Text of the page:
The door had two knobs and a deadbolt lock. He slept or pretended to sleep while I worked every combination of the three to get out of the grim studio apartment that barely held us both. I learned only his first name and his entire body. The taste of his ashy mouth, the outline of his eagle tattoo, the way his legs caught one of mine before he fell asleep. We didn’t like each other. We knew this soon, but negotiated in ways that didn’t require fondness.
He chewed watermelon gum and taught me how to make a fist for punching. He grew annoyed when my knuckles would not align the way he told me. I tried to show him how to blow bubbles, but the gum was not that kind. I didn’t offer to teach him some other time.
He wore a white t-shirt and jeans, with old flip flops that kept the shape of his feet. I was mildly unimpressed with his lack of style; I liked that he was tall with brown eyes and that he was or wasn’t smart enough to care that I was smarter. I wanted him to stop talking. He didn’t.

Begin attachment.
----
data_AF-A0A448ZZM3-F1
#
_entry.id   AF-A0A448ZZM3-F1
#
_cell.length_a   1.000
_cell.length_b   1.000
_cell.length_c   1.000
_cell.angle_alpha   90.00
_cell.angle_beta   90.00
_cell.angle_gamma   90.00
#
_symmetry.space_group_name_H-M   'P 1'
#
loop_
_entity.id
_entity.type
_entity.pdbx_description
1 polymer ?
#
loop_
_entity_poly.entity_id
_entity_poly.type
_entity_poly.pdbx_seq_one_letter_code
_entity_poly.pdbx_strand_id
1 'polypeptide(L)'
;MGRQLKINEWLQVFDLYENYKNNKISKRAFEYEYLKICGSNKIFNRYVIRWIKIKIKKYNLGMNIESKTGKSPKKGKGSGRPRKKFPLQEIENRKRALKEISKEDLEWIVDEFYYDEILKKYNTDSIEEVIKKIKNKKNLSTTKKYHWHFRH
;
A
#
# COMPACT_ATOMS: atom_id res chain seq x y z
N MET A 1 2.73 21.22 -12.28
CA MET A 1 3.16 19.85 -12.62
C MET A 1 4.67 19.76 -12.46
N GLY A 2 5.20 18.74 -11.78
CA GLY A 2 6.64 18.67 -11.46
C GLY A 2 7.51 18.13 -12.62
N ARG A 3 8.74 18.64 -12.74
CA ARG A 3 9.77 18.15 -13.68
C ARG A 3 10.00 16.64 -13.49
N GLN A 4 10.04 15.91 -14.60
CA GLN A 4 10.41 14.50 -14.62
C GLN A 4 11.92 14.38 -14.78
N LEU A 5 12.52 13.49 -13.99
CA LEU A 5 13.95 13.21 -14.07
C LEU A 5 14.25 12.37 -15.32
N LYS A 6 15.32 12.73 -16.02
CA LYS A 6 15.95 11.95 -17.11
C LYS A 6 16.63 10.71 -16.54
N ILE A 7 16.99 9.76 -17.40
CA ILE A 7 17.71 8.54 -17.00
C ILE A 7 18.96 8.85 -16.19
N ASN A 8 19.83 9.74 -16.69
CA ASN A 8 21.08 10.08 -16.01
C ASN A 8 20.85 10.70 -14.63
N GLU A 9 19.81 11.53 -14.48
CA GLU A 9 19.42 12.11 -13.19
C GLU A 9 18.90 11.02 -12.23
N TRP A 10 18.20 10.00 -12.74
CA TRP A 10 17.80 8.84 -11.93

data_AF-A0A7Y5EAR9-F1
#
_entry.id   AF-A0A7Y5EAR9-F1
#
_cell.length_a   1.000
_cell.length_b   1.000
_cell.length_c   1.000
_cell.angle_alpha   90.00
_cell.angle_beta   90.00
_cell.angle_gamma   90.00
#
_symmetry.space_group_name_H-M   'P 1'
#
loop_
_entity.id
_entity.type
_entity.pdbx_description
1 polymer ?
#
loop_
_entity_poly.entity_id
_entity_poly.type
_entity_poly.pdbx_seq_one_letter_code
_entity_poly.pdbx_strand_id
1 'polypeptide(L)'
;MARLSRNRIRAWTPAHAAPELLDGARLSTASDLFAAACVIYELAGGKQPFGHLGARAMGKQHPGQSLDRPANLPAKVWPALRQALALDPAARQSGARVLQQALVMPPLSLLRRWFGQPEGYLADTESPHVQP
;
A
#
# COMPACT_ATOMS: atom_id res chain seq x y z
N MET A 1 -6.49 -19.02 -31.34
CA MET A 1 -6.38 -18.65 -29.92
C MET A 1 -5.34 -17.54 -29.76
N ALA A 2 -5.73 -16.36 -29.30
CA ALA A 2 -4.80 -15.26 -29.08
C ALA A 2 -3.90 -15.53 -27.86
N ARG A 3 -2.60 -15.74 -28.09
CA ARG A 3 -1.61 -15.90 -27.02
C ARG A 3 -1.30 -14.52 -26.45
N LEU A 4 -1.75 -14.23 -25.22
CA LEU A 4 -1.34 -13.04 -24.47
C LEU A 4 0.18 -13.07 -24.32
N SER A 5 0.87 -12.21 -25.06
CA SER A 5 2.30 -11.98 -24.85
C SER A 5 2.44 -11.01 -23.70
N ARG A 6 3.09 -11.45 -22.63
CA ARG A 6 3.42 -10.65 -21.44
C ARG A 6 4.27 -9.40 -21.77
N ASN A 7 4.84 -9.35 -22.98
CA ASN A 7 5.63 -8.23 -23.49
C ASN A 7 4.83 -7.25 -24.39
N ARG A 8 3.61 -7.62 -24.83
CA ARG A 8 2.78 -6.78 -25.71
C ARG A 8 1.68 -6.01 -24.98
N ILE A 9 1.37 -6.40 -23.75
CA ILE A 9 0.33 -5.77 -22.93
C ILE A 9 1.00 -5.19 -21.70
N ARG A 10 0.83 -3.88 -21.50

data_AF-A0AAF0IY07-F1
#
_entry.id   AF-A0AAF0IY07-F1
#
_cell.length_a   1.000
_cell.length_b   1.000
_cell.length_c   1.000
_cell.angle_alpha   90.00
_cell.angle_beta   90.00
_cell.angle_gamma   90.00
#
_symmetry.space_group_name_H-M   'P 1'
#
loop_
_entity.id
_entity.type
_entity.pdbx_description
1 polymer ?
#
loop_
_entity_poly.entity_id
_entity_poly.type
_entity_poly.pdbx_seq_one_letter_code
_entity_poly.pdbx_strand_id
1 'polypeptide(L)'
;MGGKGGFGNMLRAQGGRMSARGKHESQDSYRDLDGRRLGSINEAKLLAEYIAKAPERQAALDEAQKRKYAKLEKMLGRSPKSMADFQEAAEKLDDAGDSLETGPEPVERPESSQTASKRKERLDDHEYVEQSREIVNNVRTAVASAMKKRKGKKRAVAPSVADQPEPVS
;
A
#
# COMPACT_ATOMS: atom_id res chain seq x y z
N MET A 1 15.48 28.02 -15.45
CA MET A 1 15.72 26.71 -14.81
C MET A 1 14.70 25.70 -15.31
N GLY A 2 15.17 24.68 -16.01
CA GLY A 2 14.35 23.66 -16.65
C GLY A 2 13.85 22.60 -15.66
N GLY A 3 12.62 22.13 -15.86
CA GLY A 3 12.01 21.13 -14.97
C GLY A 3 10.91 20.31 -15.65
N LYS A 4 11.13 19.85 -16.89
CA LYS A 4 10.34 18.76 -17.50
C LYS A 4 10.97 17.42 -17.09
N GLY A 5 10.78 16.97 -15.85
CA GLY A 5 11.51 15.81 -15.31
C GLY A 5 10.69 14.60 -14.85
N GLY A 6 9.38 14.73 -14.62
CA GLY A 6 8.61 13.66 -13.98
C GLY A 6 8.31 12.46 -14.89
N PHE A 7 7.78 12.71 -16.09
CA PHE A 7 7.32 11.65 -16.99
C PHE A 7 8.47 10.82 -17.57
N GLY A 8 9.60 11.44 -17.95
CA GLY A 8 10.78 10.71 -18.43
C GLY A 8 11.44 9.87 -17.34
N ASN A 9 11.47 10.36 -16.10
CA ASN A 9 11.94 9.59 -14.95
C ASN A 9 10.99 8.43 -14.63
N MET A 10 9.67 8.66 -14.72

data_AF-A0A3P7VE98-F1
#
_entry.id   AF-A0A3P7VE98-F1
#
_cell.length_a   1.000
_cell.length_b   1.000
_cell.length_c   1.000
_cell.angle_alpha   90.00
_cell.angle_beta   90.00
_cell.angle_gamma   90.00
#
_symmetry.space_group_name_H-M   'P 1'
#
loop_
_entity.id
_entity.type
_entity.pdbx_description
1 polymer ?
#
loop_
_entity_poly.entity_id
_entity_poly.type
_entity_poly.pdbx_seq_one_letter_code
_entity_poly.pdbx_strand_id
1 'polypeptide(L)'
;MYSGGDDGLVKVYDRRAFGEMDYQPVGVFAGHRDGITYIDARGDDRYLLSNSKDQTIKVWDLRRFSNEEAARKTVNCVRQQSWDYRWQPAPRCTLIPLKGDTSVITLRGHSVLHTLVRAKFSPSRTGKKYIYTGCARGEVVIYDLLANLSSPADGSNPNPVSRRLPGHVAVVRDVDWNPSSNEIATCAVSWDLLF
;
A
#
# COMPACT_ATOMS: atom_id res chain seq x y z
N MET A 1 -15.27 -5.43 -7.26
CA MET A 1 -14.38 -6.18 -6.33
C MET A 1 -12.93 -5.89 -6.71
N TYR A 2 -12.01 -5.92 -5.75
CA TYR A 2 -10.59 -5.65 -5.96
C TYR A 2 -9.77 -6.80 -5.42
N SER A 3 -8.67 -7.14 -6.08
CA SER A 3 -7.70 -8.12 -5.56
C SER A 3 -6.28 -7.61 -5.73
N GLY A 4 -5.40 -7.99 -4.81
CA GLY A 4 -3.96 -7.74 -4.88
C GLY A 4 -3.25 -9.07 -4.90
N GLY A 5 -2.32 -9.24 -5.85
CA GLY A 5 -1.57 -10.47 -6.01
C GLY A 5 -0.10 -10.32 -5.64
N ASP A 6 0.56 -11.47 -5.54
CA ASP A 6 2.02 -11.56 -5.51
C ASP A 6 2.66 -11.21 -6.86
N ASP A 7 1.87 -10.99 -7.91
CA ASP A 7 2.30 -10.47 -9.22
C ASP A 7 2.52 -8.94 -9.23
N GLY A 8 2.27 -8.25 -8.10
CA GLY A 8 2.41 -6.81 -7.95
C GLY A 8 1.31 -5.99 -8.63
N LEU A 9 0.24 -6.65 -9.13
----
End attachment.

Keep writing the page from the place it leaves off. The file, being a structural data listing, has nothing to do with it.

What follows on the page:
He made jokes about Jews controlling banks and being cheap. I should have been offended but found his extreme guilelessness sexy. I was stingy, with no intent to buy. I borrowed him like a library book.
On the walk to his place, I told him I only wanted to hang out for awhile. A standard contractual clause. He did his part and agreed.
We listened to Kitty Wells, who I had never heard, but liked. I asked about her. He took off my shirt, irritated again.
We stared into each other’s eyes for the couple of minutes it took to accomplish his ambivalent satisfaction. Neither of us cared about mine.
I considered taking the Kitty Wells CD on my way out, but it would have required effort to maneuver it from the player and locate its case in the dark. The only thing I wanted to remember was his common name. And even that I only borrowed for as long as it took to add to the list that I told myself again should end with the next.